Every political party has what's referred to as a "core vote". This is the percentage of the public that can always be counted to vote for the party no matter what - e.g. the die hard voters who'd only stop voting for the party if they made their official policy the introduction of anthrax into free school meals, and maybe not even then.
The core vote isn't constant, it varies up and down. The reason the core vote matters is because, at the moment, the share of the vote required to have a working majority in parliament is about 40% - give or take a few percentage points. So obviously, the higher the number of people you can be guaranteed to vote for you, the less extra people you need to convince in order to win and the easier your job is.
Now, the core vote is very difficult to calculate but the best clue can be given by the number of people who say that they identify with a party in surveys. One of the most reliable surveys for this is the British Election Study that is carried out following every general election.
Here we can see that the number identifying with (and therefore as the core vote of) the two main parties has fluctuated slightly since 2005 but remains at approximately 25% for the Conservatives and at approximately 31% for Labour. The Lib Dems, by contrast have had a rock steady 11% identifiers in both 2005 and 2010. This is also born up by the fact that, during the nadir of Lib Dem unpopularity during the tuition fees debacle, the Lib Dems never dropped below 9% in the polls. 9% is obviously less than 11% but it should be born in mind that polls are only ever accurate to 2 or 3 percentage points and that the polling average for the Lib Dems never dropped below 10% and is currently at 11%.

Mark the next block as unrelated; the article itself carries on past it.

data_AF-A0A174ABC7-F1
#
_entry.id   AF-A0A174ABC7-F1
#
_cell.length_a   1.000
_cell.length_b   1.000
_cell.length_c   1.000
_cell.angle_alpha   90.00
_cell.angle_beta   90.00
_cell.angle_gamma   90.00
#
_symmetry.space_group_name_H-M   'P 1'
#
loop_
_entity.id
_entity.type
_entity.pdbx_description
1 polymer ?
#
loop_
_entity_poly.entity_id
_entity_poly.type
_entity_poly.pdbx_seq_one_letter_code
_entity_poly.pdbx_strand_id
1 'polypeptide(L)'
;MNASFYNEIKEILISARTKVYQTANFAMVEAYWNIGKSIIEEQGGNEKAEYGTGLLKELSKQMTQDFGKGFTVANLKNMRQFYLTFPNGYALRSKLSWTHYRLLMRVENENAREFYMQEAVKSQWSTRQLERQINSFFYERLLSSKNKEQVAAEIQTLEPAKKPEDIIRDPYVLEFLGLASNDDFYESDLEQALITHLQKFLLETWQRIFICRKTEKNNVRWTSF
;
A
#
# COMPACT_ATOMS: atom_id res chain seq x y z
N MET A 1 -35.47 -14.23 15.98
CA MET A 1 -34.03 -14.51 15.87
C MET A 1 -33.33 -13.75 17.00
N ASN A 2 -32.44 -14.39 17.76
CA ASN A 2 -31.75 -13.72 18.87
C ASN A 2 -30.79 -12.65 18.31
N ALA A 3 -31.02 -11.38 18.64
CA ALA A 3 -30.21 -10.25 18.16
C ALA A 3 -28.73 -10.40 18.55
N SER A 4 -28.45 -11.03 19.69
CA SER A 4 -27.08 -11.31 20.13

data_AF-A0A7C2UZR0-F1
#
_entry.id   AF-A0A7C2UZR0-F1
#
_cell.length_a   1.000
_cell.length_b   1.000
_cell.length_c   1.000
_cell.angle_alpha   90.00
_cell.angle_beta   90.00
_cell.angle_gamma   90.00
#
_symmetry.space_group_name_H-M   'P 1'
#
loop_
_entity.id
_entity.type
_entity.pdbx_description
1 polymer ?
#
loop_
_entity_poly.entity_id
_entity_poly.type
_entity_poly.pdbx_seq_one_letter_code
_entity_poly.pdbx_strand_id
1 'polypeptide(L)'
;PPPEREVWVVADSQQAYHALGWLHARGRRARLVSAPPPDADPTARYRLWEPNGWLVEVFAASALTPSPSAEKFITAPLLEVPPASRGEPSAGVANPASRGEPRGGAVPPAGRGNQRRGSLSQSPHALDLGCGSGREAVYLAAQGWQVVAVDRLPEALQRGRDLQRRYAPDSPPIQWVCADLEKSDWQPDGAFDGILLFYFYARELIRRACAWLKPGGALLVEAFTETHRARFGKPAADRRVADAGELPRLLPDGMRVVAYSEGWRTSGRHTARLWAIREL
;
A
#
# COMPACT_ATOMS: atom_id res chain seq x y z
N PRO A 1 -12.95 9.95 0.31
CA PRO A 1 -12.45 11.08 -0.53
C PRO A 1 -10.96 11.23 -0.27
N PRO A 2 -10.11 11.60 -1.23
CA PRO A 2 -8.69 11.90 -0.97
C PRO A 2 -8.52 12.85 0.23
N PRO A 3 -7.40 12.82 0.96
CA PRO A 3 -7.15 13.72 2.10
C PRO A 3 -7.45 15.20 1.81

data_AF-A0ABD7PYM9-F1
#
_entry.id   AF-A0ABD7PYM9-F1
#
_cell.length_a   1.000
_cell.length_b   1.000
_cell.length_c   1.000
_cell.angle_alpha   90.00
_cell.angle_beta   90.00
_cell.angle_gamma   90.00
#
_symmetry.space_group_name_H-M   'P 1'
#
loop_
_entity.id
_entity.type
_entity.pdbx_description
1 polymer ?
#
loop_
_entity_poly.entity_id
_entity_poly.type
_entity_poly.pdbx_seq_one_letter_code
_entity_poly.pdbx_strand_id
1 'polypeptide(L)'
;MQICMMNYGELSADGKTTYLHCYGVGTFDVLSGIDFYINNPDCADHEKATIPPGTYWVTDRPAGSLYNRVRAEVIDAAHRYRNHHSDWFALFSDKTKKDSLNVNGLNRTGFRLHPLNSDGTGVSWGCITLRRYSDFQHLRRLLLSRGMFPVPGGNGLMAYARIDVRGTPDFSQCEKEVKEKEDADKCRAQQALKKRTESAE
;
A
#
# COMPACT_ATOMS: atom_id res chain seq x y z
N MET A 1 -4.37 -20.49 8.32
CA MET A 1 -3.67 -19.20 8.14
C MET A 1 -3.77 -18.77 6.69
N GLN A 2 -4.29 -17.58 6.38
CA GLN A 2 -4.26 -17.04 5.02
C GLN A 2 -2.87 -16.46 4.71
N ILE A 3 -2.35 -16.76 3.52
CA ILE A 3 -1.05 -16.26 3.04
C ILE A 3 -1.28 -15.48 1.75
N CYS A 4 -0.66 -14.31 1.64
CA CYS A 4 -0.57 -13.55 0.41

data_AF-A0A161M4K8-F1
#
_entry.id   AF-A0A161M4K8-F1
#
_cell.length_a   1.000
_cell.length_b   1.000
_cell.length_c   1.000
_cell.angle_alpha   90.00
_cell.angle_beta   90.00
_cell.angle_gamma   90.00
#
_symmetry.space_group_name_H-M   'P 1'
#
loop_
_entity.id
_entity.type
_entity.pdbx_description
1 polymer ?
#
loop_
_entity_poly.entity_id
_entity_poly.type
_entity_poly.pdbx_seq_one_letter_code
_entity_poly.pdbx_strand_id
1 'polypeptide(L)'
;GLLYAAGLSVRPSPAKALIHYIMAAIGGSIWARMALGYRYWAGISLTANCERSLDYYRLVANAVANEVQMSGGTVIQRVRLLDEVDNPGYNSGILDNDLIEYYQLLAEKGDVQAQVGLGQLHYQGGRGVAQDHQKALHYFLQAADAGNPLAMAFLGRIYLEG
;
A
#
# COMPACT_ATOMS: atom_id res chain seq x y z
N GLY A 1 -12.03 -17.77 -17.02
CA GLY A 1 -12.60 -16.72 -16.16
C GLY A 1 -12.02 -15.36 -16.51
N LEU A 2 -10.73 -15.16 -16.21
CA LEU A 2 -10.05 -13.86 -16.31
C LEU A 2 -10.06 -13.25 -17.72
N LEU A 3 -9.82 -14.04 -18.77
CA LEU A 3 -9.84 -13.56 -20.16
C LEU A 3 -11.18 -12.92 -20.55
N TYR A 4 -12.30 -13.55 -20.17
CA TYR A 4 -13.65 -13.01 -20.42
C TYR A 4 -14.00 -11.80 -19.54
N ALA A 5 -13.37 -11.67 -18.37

So what does this tell us?
Well, it tells us that, as a party, we have a dependable core vote. The problem is that it is a third of the size of Labour's and a less than half the size of the Conservatives. The highest we ever reached in the polls during the election campaign was 30%. This shows that the potential size of our vote could be very high. But it also means that, if at the moment, we want to win elections, we need to convince 40% of people to vote for us in addition to our core vote. Labour and the Conservatives need only convince 5% and 10% respectively.
As such, it's obvious that the only way we'll ever be able to get beyond third party status is to grow our core vote. The 30% high in the polls shows us the highs to which we could potentially grow our core vote, now all we need is a way to do it.
That topic, incidentally, is the message of a two-part piece of mine that will be appearing on Liberal Democrat Voice starting next Monday. Do look out for it and I'll cross-post a copy on here for my regular readers.